“I’m totally addicted to ChapStick,” said a bazillion people since forever. If you’re one of the many who apply lip balm dozens of times throughout the day, some well-meaning friend has probably accused you of having a ChapStick addiction.
Before heading off in search of a support group or trying to quit lip care products cold turkey, know there’s no such thing as a lip balm addiction — at least not physiologically speaking. Still, it could become a habit that causes some distress.
If you frequently apply lip balm, you’ve likely developed a habit. This is a learned behavior you engage in instinctively (meaning you don’t really think about it).
Addiction, on the other hand, is a chronic disease involving the brain. It causes an intense craving for the substance or behavior, leading to the compulsive or obsessive pursuit of it despite negative consequences.
For many, putting on ChapStick is just an automatic habit, much like brushing your teeth when you wake up or putting on a coat when it’s cold out.
If you’re overdoing it, chances are someone has mentioned how often you apply ChapStick.
Here are some other signs and symptoms that you may be using it excessively:
- You carry it with you wherever you go.
- You go out of your way to get it, even if it means you’ll be late.
- You have lip balms stashed all over the place, like your bag, your desk, the car, etc.
- You spend a lot of money on it.
- You have trouble concentrating if you’re not able to apply it.
These could all be signs of a potential behavioral addiction or a habit that might be getting out of control.
Lip balm conspiracy theorists believe lip balm companies purposely include certain ingredients to force a person to use more by drying out their lips.
But most people who use a product that doesn’t do what it’s supposed to are far more likely to go buy something else. Not exactly smart business.
Still, some folks may be extra sensitive to certain ingredients. To get the most out of a lip balm and avoid drying out your lips, choose products that don’t contain potentially irritating or drying ingredients.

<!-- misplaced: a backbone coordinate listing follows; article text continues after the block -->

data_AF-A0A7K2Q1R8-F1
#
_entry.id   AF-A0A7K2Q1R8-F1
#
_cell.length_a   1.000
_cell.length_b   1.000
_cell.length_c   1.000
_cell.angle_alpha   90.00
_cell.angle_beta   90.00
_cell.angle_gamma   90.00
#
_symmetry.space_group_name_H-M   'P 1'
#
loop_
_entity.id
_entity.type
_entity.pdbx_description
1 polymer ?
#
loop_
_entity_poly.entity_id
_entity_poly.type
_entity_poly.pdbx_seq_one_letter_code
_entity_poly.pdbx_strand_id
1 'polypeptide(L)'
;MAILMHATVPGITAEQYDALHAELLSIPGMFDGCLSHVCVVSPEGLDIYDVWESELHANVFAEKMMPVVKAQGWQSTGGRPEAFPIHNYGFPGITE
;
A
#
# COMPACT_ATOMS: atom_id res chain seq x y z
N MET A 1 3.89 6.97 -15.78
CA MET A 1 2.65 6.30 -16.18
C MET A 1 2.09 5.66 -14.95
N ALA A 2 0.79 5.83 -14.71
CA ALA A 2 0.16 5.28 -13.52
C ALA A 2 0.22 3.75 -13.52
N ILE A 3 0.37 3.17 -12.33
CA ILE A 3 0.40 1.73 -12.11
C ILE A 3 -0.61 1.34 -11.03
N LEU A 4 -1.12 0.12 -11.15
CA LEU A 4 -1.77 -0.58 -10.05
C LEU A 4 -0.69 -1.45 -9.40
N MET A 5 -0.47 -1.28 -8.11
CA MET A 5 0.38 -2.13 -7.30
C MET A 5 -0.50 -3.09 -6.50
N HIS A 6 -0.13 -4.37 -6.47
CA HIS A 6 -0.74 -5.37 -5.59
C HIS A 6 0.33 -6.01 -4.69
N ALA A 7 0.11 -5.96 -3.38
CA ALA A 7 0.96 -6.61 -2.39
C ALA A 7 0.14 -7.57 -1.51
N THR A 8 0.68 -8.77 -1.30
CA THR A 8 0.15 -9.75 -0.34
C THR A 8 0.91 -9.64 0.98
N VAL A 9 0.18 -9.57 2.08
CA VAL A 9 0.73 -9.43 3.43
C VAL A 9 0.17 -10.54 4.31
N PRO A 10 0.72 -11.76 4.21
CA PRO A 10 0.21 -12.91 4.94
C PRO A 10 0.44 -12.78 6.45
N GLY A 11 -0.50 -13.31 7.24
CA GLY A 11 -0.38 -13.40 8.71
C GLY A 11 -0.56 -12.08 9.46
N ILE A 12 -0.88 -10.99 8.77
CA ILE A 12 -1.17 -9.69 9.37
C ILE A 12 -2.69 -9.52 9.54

Common culprits to watch for may include:
If you’re looking to rein in your lip balm use, try this three-step strategy:
- Identify your triggers. This is the first step in breaking any habit. Do you tend to apply it more often when you’re feeling stressed? Do you reach for it constantly when you’re hungry? When you apply it, stop and think about what you’re feeling and why you’re applying it.
- Do something about the triggers. Now that you know what your triggers are, it’s time to deal with them. For example, if you know that having a stressful day at work is a trigger, don’t keep lip balm with you at work. Leave it at home or out in your car.
- Find a substitute. We don’t mean a different brand or flavor of lip balm. Create a different plan to deal with your trigger. Instead of applying ChapStick, have a drink of water or get up and take a walk, even if just a few steps. Over time, this substitute will become its own habit.
If you find that your lip balm use is causing extreme distress, consider reaching out to a mental health professional.
You shouldn’t go through any physical withdrawal, no matter what you’ve read on the internet. Your lips won’t shrivel up and fall off. They won’t crust over from extreme dryness.
Lip balm doesn’t contain any addictive substances. Using it excessively doesn’t cause the lips and surrounding area to stop producing natural moisture.
At the most, you may be hyperaware of your bare lips, much like you’d be aware of how naked you are if you stopped wearing clothes. It’s not withdrawal; it’s just doing something new or different from what you’ve grown accustomed to.
Applying lip balm a few times a day to keep your lips moisturized when they’re chapped isn’t a bad thing.
But if your lips aren’t actually dry or cracked, taking care of your lips to prevent drying can help eliminate the need for excessive lip balm application.
To keep your lips healthy and moisturized:
- Protect your lips against sun damage with products containing SPF 30 or higher when outdoors.
- Avoid licking your lips, which is extremely irritating.
- Avoid rubbing, picking at, and unnecessarily touching your lips.
- Apply petroleum jelly (Vaseline), which can help keep moisture in.
- Drink plenty of water to stay hydrated.
- Avoid products that cause your lips to tingle or sting (even if they say that’s a sign it’s working — it’s actually a sign of irritation).
- Use a humidifier at home, especially in the bedroom if you sleep with your mouth open.
You can’t be physically addicted to ChapStick. Even if you feel like you’re missing a limb when you don’t have any with you, it’s more likely that it’s a habit rather than a true addiction.